Current generation has seen too much divorce (especially as divorce became accessible and popular during their parents' generation) and therefore has some sympathy for gays wanting to get married; a sort of "I wish our parents had cared that much" sort of thing.
Marriage has been the relocation of a woman from her father's realm of responsibility, liability, and care to her new husband's. The home is a structure of responsibility, and the woman must leave her home to join a new one. A young man must create his own, become a host for a woman and children. Marriages included the paying of fees as part of the transfer, almost like a transfer of ownership. Women never because their own heads of household, never fully responsible for themselves -- like children, they simply moved from one guardian, one caretaker, to another.
Marriage is seen as useful to society in that (not that long ago) men were the caretakers of women; they were expected to feed and clothe them. Marriage kept women from becoming a state problem; welfare was not needed if women will just go ahead and join a self-sustaining home. So long as everyone belonged to a family unit (and everyone always did, by keeping daughters around until wed) then everyone was self-sufficient. Handy.
When parents are refused benefits (particularly because of non-marriage), children suffer from reduced resources. Is that reason enough to give them benefits? That logic requires laws to be made based on end-benefits: while that seems to often be the case (people are short-sighted and goal-oriented), I still disagree with it.
The ketubah is an ancient jewish marriage contract, still present today. It is specifically a contract. This notion of marriage as something more than contract is rather new, not old as some claim.
You haven't even been able to pick your marriage partner for all that long, culturally. How can we regard what we have today as a direct legacy of old marriages which were arranged, forced, bought, etc.? Or some, say, eastern-european cultures in which you went out and "found" a wife for yourself, more or less by raping her? It seems entirely different, except for the "man, woman, sex" concept.
Governments have a bad habit of deciding that you're married for you; in Australia, leaving a toothbrush at a girl's house could get you married, for example. Is this just an extension of oral contracts, or something more dangerous? It's one thing to defend a woman (or man) who was lured into bed on false pretenses -- but ... isn't it up to citizens to not be stupid?
Our federal-level sense of importance of marriage derives from the colonial idea that a marriage will naturally educate children to become useful citizens (and particularly, to become usefully patriotic), but assumes a very particular type of marriage that isn't necessarily the case. That is, marriage itself does not result in perfectly-pre-brainwashed citizens. Regardless, should we have this structure semi-imposed on us because someone thought a long time ago that it would naturally result in something useful to us in general? (But is that any different from capitalism?) (Again, we like to impose our idea of "useful", "proper", or "ideal" on everyone else.)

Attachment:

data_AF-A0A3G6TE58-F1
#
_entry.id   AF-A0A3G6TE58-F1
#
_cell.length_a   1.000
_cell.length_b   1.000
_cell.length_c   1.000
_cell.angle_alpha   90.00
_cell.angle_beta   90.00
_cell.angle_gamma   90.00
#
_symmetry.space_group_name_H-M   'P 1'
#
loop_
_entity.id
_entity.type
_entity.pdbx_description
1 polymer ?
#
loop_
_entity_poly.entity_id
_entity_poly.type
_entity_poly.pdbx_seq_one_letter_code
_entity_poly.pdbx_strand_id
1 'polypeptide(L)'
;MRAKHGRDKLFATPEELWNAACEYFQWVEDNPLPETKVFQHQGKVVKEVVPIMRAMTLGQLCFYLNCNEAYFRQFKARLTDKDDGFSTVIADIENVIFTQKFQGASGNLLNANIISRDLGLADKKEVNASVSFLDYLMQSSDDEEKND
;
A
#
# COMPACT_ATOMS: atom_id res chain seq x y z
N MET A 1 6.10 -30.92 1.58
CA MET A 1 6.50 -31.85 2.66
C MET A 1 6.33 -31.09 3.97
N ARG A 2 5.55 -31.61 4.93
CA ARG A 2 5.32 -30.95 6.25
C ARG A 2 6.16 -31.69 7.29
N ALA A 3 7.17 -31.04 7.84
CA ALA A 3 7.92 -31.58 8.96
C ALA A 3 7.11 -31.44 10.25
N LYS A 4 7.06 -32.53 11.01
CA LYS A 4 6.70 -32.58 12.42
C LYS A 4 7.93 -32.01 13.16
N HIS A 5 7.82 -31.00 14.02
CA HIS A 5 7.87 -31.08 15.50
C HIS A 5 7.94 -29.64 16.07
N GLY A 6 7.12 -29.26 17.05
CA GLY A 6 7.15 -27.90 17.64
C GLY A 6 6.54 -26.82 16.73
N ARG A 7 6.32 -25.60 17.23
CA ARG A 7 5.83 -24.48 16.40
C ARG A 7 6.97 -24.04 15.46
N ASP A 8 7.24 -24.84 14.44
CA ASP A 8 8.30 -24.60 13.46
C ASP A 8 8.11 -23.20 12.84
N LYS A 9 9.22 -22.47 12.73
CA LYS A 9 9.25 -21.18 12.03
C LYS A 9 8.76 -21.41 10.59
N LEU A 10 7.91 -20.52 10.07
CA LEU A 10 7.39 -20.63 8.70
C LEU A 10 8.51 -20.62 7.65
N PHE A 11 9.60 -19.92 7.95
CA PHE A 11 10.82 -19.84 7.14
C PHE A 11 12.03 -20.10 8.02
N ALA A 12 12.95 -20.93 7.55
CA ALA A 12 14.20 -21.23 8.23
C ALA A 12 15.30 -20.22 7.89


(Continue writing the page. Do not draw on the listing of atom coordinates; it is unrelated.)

Shotgun marriages make sense from the perspective of the daughter's father: you want the daughter and her new child to be gone from your responsibility, into that of some other guy. Let him deal with the extra cost of a child. And you want to send a message to every guy out there -- that he'll have to pay for sex, one way or another.
Traditional marriage died with no-fault divorce laws (1970's?) In fact, the government retroactively changed the terms of existing marriages to allow for no-fault divorce, even among people who had not agreed to it. Shouldn't that have voided the marriages, as the contract no longer represented the agreement of the parties involved? What right does the government have to do such a thing? How would you feel about the government simply changing the terms of your agreement with someone else, when neither of you have requested (nor desired) a change?
Marriage contracts, unlike other contracts, seemingly become unenforced/unenforceable when you cross state lines if the local government doesn't think you're married according to their own laws. Just because your contract is deemed to be a "marriage" contract means that it may be re-evaluated in a local context to see if it matches the local sense of marriage; if not, it is not valid at all. "Full faith" doesn't apply to, say, common-law marriages, civil unions, oral contracts between gays, etc. These are contracts, but because they carry the title of "marriage contract", they are at the mercy of the government's whims -- in defining their effect as well as who can contract.
By disallowing gay marriage, we do not disallow the gay "lifestyle", we simply make it less pleasant. But we do define a whole class of contracts that cannot be made, when we have few such restrictions on the whole (not when unable to consent, not when someone gets nothing out of it, not when someone doesn't understand, not when it involves doing something illegal, etc.) You don't see the government saying that a car can only be sold from a person of one gender to a person of a different gender, do you? Actually, we have a lot of such cases ... we disallow prostitution (or "sex work") even though it's the consensual agreement between a service-provider and a service-customer. Heck, we disallow the sale of drugs on the basis that you will harm yourself by taking the drugs -- but we don't disallow the sales of knives, guns, or medicine?
How does gay marriage cheapen existing marriages? Why do people feel this way? Isn't divorce a worse cheapener? Shouldn't it be a much greater concern? How many people will gay marriage affect? Will the marriage of a few hundred couples per state bring about a downfall of society not already initiated otherwise? Does the slippery slope even matter? If gays want to marry because they actually love each other and simply want to have the same type of loving relationship you have come to assume for yourself, doesn't it strengthen marriage (as an institution) to allow people to get married who want to be married, and encourage people who don't want to get married to not get married?